Why Vanguard doesn’t provide cost basis for IRA accounts?

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  • #92445 Reply

      Why does Vanguard refuse to update cost basis for IRA accounts and claim that cost basis is “not an accurate indicator of performance” while other brokerages like T Rowe Price willingly provide each of my mutual fund’s performance in my Roth IRA?

      #92446 Reply

        Did you contribute directly to the account or roll it over? I have a trad and a Roth IRA there and I am able to see cost basis, realized/unrealized short and long term gains on my IRA accounts at Vanguard.

        #92447 Reply

          I think it’s one way Vanguard keeps its fees low.

          Basis in an IRA doesn’t matter, because you’re taxed on the full amount withdrawn from a Traditional IRA and not taxed on Roth IRA withdrawals (if you follow the withdrawal rules), so tracking it is unnecessary complexity.

          Don’t miss: We recently broke up with our financial advisor and transferred our money to Vanguard – We need to choose funds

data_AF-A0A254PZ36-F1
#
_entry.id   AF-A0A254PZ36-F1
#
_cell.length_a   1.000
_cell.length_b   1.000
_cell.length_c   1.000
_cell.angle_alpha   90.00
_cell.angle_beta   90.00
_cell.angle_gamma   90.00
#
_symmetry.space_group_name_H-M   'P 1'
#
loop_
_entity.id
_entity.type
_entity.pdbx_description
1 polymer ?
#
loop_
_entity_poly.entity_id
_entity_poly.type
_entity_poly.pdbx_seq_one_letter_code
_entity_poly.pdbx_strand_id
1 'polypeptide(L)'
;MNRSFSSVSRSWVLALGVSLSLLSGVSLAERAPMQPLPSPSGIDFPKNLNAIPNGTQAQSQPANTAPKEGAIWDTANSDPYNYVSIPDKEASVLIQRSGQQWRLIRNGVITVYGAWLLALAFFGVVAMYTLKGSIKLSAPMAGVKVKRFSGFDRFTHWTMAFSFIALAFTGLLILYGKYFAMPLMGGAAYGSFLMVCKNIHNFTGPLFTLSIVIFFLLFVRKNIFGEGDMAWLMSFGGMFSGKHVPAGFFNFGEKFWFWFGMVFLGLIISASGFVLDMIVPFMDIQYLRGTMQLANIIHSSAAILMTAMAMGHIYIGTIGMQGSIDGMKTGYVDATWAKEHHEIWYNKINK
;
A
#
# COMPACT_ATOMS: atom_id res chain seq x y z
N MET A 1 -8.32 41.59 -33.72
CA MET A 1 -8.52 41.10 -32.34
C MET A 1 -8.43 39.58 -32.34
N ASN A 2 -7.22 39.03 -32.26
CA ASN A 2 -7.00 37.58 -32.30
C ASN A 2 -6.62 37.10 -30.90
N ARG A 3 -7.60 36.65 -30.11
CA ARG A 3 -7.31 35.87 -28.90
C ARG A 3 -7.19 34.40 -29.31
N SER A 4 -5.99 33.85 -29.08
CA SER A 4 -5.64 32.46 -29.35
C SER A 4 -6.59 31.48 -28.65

#92448 Reply

            That’s ridiculous. Just transfer it over to Fidelity. They don’t give those excuses.

            #92449 Reply

              Vanguard is pretty lazy with cost basis in my experience – stuff I’ve transferred there has almost always lost basis information, which is frustrating at tax time. That said, they do show a percentage on the portfolio overview at least on the mobile app (I hate their mobile app and generally use Fidelity these days anyway, for what it’s worth).

              But besides all that, cost basis isn’t really a good way to reflect performance. Here’s a couple examples:

              You buy $1,000 of vtsax. It goes down to $950, but pays a $100 dividend, reinvested. Cost basis will show $1,100 ($1,000 + $100), while the market value is $1,050 ($950 + $100). Cost basis shows a loss of $50 while you actually made $50 (you put in $1,000 and now have $1,050).

              Or, you buy $1,000 of vtsax, and it gains $100. You also buy $1,000 of vfiax, which stays flat but pays a $100 dividend. One fund is now worth $1,100, but the other fund is also worth $1,100, and the cost basis for each is different while the net performance is the same.

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